48 Hours In: Tokyo


A visit to the capital of Japan is a journey into a fascinating future world

Click here for the 48 Hours In...Tokyo map

Travel essentials

Why go now?

To glimpse the future – as well as a fascinating past and present – in one of the world’s most exciting cities. After a hot summer, Tokyo is cooling off, with autumn offering an ideal climate for exploring the street life, parkland and culture on offer.

Touch down

All international flights from Heathrow currently serve Narita airport, 40 miles north-east of the capital. The pick of the bunch of onward rail and bus options is the new Keisei Skyliner – departing two or three times an hour and taking around 40 minutes to reach Nippori station (1) and a few more minutes to Ueno station (2). The one-way fare is Y2,400 (£18.50). Slower trains cost about half as much.


Get your bearings

 

Considering its size, Tokyo is easy to get to grips with. The areas of interest are clustered around key points, which themselves are served by the marvellous Yamanote Line – like London’s Circle Line, except it’s above ground, cheap, and reliable, with trains every three or four minutes. Looking at the city as a clock face, Tokyo station (3) is at three o’clock, with the busy commercial area around Ginza station (4) at four. Shibuya (5), another hub, is at eight, and Shinjuku (6) – a highrise city-within-a-city – at 10. Metro fares are typically Y150 (£1.15). The best way to use the system is with a Pasmo pre-paid card, which you can buy at Metro stations. Pay Y3,000 (£23) for a card, and you can breeze through the barriers. At the end of your stay, the balance is refunded (less a nominal deposit). For more information, Tokyo Tourism Info is available on 00 81 3 5321 3077 or at tourism.metro.tokyo.jp.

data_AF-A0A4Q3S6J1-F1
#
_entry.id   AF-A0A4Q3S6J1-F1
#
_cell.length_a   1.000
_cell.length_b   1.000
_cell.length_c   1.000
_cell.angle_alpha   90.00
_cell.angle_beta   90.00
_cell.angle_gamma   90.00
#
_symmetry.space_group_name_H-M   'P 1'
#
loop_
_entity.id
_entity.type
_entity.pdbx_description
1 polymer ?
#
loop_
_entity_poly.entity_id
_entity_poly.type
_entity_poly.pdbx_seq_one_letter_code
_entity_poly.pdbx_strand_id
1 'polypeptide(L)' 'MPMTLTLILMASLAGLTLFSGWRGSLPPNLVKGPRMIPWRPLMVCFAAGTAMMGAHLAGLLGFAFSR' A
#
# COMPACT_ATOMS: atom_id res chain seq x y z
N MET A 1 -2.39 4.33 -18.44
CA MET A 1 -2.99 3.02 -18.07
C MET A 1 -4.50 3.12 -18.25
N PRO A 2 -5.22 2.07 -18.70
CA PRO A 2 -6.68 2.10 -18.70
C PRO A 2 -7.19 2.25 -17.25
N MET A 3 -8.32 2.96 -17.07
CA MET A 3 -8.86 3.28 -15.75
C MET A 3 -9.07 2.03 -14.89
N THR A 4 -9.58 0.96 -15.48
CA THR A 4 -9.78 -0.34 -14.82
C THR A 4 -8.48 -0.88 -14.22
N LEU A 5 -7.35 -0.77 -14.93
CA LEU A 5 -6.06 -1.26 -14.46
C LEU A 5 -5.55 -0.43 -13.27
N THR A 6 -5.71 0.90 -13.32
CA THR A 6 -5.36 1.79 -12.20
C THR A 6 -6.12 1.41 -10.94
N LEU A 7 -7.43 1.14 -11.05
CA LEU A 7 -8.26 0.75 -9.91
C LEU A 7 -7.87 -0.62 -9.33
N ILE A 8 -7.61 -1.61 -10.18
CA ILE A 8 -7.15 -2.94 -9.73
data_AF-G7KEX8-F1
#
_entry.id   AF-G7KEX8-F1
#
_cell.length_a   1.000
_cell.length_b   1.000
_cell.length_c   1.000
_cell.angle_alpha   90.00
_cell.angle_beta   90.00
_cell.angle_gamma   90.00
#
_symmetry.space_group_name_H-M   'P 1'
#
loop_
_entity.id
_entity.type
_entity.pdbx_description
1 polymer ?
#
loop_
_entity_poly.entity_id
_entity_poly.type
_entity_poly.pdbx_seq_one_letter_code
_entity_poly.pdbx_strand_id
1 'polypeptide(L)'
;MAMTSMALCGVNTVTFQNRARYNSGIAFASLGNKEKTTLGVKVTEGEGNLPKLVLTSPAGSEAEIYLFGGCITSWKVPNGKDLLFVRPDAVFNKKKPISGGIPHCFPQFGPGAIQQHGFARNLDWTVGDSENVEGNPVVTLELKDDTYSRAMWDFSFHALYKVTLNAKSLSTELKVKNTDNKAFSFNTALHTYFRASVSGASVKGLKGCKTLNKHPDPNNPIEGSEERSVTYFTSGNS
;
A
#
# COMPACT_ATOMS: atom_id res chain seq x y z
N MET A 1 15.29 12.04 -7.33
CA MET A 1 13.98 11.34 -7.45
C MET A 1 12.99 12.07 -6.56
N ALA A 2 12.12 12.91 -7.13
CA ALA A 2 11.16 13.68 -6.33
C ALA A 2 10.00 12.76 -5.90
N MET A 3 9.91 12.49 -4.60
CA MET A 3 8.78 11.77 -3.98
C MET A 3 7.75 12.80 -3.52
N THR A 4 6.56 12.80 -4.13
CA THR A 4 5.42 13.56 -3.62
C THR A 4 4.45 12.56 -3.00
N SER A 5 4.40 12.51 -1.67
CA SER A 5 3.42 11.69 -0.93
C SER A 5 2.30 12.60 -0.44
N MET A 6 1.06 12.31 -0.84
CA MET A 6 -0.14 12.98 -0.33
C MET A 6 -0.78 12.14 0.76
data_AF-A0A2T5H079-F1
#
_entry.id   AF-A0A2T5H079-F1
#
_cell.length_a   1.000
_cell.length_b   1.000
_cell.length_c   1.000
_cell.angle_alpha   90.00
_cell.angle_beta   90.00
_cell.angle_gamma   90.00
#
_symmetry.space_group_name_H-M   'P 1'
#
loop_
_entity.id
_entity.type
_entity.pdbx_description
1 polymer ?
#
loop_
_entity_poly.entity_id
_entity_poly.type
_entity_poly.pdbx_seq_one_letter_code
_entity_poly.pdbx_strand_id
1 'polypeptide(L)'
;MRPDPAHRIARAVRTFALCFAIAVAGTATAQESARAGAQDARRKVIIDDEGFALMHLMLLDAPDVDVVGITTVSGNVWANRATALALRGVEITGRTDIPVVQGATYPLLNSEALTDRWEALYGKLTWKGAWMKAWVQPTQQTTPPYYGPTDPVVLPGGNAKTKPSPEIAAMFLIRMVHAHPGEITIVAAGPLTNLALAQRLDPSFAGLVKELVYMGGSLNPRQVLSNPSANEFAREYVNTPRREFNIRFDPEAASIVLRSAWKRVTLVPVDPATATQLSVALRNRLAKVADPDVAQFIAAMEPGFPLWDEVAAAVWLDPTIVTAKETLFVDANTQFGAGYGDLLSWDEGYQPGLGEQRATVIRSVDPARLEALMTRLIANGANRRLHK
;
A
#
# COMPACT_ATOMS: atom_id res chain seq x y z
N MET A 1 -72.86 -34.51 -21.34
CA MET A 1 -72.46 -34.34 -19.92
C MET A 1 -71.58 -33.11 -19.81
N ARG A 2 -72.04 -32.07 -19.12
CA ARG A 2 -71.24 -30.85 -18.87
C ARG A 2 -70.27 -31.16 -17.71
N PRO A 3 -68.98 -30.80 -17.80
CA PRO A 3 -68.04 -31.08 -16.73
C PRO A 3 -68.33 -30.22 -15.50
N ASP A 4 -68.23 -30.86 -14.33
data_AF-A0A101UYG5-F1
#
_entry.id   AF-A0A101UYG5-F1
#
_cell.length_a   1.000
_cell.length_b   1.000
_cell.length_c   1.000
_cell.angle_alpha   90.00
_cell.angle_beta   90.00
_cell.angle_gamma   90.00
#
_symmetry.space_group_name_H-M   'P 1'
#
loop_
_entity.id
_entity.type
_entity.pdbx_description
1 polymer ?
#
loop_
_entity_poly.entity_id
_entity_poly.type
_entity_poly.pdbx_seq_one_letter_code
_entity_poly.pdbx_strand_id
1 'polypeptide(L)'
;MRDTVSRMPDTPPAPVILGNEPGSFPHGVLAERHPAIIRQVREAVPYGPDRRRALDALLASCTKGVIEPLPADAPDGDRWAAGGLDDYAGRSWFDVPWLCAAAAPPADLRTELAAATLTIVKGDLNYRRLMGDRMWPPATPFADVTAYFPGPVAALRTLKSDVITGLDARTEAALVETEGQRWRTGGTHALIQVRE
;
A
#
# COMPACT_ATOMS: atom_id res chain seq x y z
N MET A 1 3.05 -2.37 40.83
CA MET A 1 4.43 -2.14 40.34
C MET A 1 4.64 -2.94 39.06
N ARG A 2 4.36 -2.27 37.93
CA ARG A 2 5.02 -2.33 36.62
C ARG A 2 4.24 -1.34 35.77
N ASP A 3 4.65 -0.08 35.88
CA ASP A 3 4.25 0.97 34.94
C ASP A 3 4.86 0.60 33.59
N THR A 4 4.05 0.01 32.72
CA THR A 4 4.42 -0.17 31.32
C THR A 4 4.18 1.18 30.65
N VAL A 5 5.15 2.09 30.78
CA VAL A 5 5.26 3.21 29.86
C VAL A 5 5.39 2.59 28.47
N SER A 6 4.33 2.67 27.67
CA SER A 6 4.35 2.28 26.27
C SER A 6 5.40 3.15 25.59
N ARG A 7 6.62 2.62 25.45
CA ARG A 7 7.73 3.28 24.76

Check in

 

Excellent deals abound for city-centre beds, and free Wi-Fi access is standard. I paid Y9,500 (£73) for a spacious room, including breakfast, at the Hotel Villa Fontaine Roppongi Annex (7) (00 81 3 3560 5550; www.bit.ly/9GQjWl), next to Roppongi 1-chome station, and a seven-minute walk from Roppongi station (8). If you are keen to splash out, Park Hyatt Tokyo (9) near Shinjuku (00 81 3 5322 1234; tokyo.park.hyatt.com) is the place to do it. The reception desk is on the 41st floor, every room has spectacular views, and it featured in the film Lost in Translation. A Park Deluxe Twin booked online costs Y44,250 (£340) without breakfast. Tokyo has plenty of budget options, such as the stylish K’s House Tokyo Oasis, a backpacker hostel (00 81 3 3844 4447; kshouse.jp) near Asakusa station (10). A bed in a dorm for five costs Y2,900 (£22).

Day One

Take a hike

Almost any district of Tokyo rewards closer exploration, but perhaps the most accessible and villagey area is Yanaka, immediately east of Nippori station (1). Within a couple of minutes of leaving the west side of the station, you find yourself in one of the city’s biggest graveyards, Yanaka Cemetery, Follow the yellow arrows on the pavement to find the tomb of Yoshinobu, the 15th and last Shogun (military ruler of Japan). From here thread through quiet lanes to Yanaka Ginza (11), a shopping street that has evidence of pre-war Tokyo together with a relaxed, almost South-east Asian air.